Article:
Weed-competitive genotypes could be an important tool in integrated weed management (IWM) practices. However, weed competitiveness is often not considered a priority for breeding high-yielding cultivars. Weed-competitive ability is often evaluated based on weed-suppressive ability (WSA) and weed-tolerance ability (WTA) parameters; however, there is little information on these aspects for barley genotypes in Australia. In this study, the effects of weed interference on eight barley genotypes were assessed. Two years of field experiments were performed in a split-plot design with three replications. Yield loss due to weed interference ranged from 43% to 78%. The weed yield amongst genotypes varied from 0.5 to 1.7 Mg ha−1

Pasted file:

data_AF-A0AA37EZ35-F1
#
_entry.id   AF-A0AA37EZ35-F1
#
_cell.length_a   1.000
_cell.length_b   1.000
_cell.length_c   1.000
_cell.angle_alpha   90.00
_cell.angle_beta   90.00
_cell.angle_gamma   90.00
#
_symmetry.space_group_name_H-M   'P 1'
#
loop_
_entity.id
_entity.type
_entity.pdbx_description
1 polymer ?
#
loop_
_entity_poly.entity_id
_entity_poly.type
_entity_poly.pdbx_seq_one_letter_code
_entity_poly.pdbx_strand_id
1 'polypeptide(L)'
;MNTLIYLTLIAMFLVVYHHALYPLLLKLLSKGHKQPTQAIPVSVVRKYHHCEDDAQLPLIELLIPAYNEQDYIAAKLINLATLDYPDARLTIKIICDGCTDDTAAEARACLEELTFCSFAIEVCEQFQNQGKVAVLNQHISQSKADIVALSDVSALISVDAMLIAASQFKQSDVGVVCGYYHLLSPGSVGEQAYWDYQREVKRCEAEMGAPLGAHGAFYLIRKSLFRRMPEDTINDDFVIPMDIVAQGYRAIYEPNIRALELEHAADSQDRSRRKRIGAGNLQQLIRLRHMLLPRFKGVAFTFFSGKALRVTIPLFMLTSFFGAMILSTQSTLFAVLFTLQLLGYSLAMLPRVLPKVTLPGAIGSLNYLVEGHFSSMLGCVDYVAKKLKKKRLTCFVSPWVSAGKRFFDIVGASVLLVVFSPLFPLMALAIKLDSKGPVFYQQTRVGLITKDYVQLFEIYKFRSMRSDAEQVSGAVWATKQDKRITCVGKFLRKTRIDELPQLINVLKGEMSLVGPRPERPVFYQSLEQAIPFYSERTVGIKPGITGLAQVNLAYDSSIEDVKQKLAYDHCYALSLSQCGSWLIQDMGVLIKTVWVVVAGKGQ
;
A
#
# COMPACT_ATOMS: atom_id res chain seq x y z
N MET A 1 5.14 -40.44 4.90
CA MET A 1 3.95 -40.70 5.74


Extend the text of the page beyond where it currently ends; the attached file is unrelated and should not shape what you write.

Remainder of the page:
. Relative yield loss due to weed interference was negatively correlated with WTA and WSA. A negative correlation was also found between WSA and weed seed production (r
= −0.72). Similarly, a negative correlation was found between WTA and barley yield in the weedy environment (r
= −0.91). The results suggest that a high tillering ability and plant height are desirable attributes for weed competitiveness in the barley genotypes. These results also demonstrated that among the eight barley genotypes, Commander exhibited superior WSA and WTA parameters and therefore, could be used in both low- and high-production systems for weed management. Westminster had a superior WSA parameter. Therefore, it could be used for weed management in organic production systems. These results also implied that genotypic ranking on the basis of WSA and WTA could be used as an important tool in strengthening IWM programs for barley.
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